Background Jobs

Frappe ships with a system for running jobs in the background. It is implemented by using the schedule package and a simple long-running infinite while loop.

You can enqueue a python method to run in the background by using the frappe.enqueue method:

def long_running_job(param1, param2):
    # expensive tasks

# directly pass the function
frappe.enqueue(long_running_job, queue='short', param1='A', param2='B')

# or pass the full module path as string
frappe.enqueue('app.module.folder.long_running_job', queue='short', param1='A', param2='B')

Here are all the possible arguments you can pass to the enqueue:

    method, # python function or a module path as string
    queue="default", # one of short, default, long
    timeout=None, # pass timeout manually
    is_async=True, # if this is True, method is run in worker
    now=False, # if this is True, method is run directly (not in a worker) 
    job_name=None, # specify a job name
    enqueue_after_commit=False, # enqueue the job after the database commit is done at the end of the request
    at_front=False, # put the job at the front of the queue
    **kwargs, # kwargs are passed to the method as arguments

You can also enqueue a Document method by using frappe.enqueue_doc:

    "do_something", # name of the controller method


There are 3 default queues that are configured with the framework: short, default, and long. Each queue has a default timeout as follows:

  • short: 300 seconds

  • default: 300 seconds

  • long: 1500 seconds

You can also pass a custom timeout to the enqueue method.

Custom Queues

You can add custom queues by configuring them in [common_site_config.json](

    "workers": {
        "myqueue": {
            "timeout": 5000, # queue timeout
            "background_workers": 4, # number of workers for this queue


By default Frappe sets up 3 worker types for consuming from each queue. The default configuration looks like this:

bench worker --queue short
bench worker --queue default
bench worker --queue long

In production these 3 worker processes are replicated to configured number of background workers to handle higher workloads.

NOTE: This way of mapping workers to single queue is just a convention and it's not necessary to follow it.

Multi-queue consumption

You can specify more than one queue for workers to consume from by specifying a comma separate string of queue names.

Example: If you wanted to combine short and default workers and only use two types of workers instead of default configuration then you can modify your worker configuration like this:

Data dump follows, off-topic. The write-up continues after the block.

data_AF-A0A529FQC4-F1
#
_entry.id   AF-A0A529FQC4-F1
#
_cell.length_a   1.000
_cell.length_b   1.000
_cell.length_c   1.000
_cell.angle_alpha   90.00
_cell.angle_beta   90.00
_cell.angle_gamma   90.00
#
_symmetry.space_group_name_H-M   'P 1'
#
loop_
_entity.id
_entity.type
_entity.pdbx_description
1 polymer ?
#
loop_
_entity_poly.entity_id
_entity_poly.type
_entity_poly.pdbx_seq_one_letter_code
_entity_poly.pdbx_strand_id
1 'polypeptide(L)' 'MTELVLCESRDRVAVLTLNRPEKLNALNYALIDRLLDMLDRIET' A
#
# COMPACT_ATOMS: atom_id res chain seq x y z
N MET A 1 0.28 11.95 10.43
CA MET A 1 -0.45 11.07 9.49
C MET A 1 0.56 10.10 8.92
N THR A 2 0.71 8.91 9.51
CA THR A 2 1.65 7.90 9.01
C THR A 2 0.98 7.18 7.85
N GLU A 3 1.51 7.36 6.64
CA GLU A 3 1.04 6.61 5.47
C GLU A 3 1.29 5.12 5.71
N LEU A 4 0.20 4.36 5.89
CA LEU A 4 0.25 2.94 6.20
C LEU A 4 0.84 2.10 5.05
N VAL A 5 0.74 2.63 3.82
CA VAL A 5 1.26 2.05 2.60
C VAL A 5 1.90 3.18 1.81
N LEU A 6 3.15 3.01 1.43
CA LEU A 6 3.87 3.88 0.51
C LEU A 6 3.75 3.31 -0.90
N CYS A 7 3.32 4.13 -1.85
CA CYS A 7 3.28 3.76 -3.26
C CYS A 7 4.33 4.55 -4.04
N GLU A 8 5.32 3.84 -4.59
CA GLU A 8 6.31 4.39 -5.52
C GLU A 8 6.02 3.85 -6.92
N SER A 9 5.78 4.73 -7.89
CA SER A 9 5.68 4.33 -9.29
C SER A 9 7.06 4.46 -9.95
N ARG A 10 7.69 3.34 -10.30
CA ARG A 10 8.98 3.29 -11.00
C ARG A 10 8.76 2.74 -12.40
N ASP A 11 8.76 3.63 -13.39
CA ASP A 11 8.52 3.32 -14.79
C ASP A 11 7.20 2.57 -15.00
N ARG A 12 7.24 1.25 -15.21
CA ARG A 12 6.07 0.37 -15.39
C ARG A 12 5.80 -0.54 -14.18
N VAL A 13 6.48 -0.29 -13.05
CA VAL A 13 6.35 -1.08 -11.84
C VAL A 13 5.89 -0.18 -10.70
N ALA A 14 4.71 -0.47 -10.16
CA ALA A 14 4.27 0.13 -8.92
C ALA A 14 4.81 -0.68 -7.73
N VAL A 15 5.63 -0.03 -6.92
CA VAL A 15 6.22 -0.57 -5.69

bench worker --queue short,default
bench worker --queue long

NOTE: The examples shown here are for Procfile format but they can be applied to supervisor or systemd configurations easily too.

Burst Mode using --burst

bench worker --queue short --burst

This command will spawn a tempoary worker that will start consuming short queue and quit once queue is empty. If you periodically need higher amount of workers then you can use your OS's crontab to setup burst workers at specific times.

Scheduler Events

You can use Scheduler Events for running tasks periodically in the background using the scheduler_events hook.


scheduler_events = {
    "hourly": [
        # will run hourly


def update_database_usage():

After changing any scheduled events in, you need to run bench migrate for changes to take effect.

Available Events

  • hourly, daily, weekly, and monthly

    These events will trigger every hour, day, week, and month respectively.

  • hourly_long, daily_long, weekly_long, monthly_long

    Same as above but these jobs are run in the long worker suitable for long-running jobs.

  • all

    The all event is triggered every 4 minutes. This can be configured via the scheduler_interval key in common_site_config.json

  • cron

    A valid cron string that can be parsed by croniter.

Usage Examples:

scheduler_events = {
    "daily": [
    "daily_long": [
    "cron": {
        "15 18 * * *": [
        "*/6 * * * *": [
        "annual": [

The jobs triggered by scheduler are run by Administrator user. This also means any docs you create via scheduled job will be owned by the Administrator user unless specified otherwise.

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